Reduce Your Risk of a Data Breach

 

The recent Equifax data breach has renewed the public’s interest in data protection. There are also new reports coming out that this leak might have been caused by…you guessed it, ransomware. Businesses must be vigilant about how their data is managed, but the unfortunate truth is that most don’t. Data security and risk reduction is a layered and complex process that factors in not only your technology, but your practices and employees.

The Basics Matter

1. Patch All The Things
Install the latest updates for Windows, Office, Web Browsers, Adobe, etc. The majority of these updates are focused on patching security holes, as well as stability and bugs. Many of the businesses that were catastrophically infected by Wannacry had systems in their network that had not patched a recent Windows update that would have protected them from this infection.

2. Install Quality Antivirus Software
No, Windows Defender or AVG Free does not count if you are a business owner. We recommend business level protection such as Webroot Secure Anywhere Business End Point Protection. Further more, make sure you go to Add/Remove Programs regularly and remove Antivirus Software that is not related to your primary product as these can interfere with its effectiveness.

3. Passwords
This is a broken record, you have heard it again and again. Don’t use the same password in multiple locations, change it regularly, and never share it. Read more about password security.

4. Back It UpFree checklist
Do you check your backups daily? weekly?…at least monthly? This is unrealistic to expect a busy business owner to do. It is critical to have a system in place that automatically backs up your systems to a secure device, and preferably as well to an encrypted cloud. Local Backups can fail, be stolen, or be damaged during a disaster such as a hurricane, flood, or lightening strike. Cloud backups such as One Drive and Dropbox are not perfect and can be infected by malware, save over good data with corrupted versions, or be wiped out by user error with little recourse for recovery. For business owners with sensitive or critical data, we recommend a full disaster and recovery platform such as Datto. You can get a free checklist here.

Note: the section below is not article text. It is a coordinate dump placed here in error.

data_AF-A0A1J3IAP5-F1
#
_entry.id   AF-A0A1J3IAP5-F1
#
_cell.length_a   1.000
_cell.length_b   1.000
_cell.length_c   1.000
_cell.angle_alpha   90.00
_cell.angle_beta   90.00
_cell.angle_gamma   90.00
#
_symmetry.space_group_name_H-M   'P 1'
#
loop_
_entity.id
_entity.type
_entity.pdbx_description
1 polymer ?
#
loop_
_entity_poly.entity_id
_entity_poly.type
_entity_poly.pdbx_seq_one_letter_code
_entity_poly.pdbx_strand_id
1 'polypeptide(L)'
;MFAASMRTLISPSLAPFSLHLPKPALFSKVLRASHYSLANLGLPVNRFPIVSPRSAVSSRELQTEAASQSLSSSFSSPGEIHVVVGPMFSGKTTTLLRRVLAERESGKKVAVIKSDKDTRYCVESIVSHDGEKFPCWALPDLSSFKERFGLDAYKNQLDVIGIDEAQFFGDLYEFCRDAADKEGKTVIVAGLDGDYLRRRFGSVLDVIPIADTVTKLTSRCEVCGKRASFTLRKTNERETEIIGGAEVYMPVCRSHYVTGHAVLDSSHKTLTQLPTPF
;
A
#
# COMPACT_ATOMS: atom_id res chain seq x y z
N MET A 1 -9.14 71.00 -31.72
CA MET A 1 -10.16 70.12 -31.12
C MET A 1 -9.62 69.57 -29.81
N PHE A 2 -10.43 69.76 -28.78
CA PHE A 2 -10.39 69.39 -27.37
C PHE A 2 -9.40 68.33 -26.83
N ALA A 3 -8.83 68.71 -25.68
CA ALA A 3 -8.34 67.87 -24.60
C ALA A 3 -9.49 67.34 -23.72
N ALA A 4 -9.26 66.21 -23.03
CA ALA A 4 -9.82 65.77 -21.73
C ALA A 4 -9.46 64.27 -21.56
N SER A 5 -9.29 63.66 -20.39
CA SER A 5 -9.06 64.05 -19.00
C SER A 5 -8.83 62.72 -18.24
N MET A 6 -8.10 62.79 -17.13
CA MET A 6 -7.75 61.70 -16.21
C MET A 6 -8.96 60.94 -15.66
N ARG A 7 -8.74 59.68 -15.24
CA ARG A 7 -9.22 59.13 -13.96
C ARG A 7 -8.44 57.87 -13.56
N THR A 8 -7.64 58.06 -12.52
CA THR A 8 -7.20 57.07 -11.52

5. Access – Accountability Matters
I can’t tell you how many offices I have worked in that use the same password…or no password to access workstations for convenience. This mentality leads to the same password for the Wifi which is shared freely, and even applied to online accounts and email. These practices cause routine and often unknown data breaches and intrusions into the network. It can be months or years before these companies find out they were the source of a leak of all of their clients data. Users should have individual emails and workstation user accounts, which will make it easier to trace issues be they malicious users stealing company data or accidentally clicking on an email that infected the entire network. High risk networks such as Legal and Financial offices should utilize a server and domains to more granularity track how data moves and is manipulated in their networks to stay compliant.

6. Email – The Gateway
Email is one of the weakest links in network security. One click and maybe that attachment never opens or the website, so the user moves on. Meanwhile, their system is now infected and uploading all of their data–the whole networks data to a third party including keystrokes such as typing in passwords or bank credentials, or the malware may hibernate and crawl out over the network until all systems are infected before activating and encrypting the entire businesses data—and asks for a ransom. Caution should always be used when interacting with emails, for all users. However, even the most vigilant, paranoid, or educated user is going to be duped into clicking on the wrong email. Some of these emails are laughably badly written, but some of them are nearly indistinguishable from the real thing. This is why it is critical that a business level email server, such as Microsoft Exchange, as well as a firewall are used to filter inbound emails and stop most malicious emails before they ever reach you or your employees. Read more about scam emails.

7. VPN or No Wifi For You
Starbucks is stealing your data, did you know that? No, not the company, but their open wifi is the same as eating something off the floor in a hospital waiting room. This holds true for all public wifi resources, which are often provided by hotels, airports, universities, and other locations. Data is not safe when traveling over these networks for a number of reasons that we will explain in a future article. Virtual Private Networks are a process in which your computer first connects to a security appliance, such as a firewall, before it connects to the internet. This filters your traffic through multiple layers of security and also encrypts it so that external users can’t ‘wiretap’ your wifi. This device can be hosted in your own office, or you can pay for a VPN service for a few dollars a month.

We will write a second article that looks at data security in the office next. We would love to hear your stories below.

Occubit Technology Solutions is a managed IT provider in the DFW area with clients in Keller, Southlake, Colleyville, Arlington, Mansfield, and more. Feel free to contact us today to see how we can join your team and reduce your risk while giving you more time to focus on your business.

Christina Grady is the founder and owner of Occubit Technology Solutions. She has been fascinated by the role technology plays in everyday life since she was a child taking apart VCR's and remote control cars. Her passion for helping others creates a perfect bond with her IT background.

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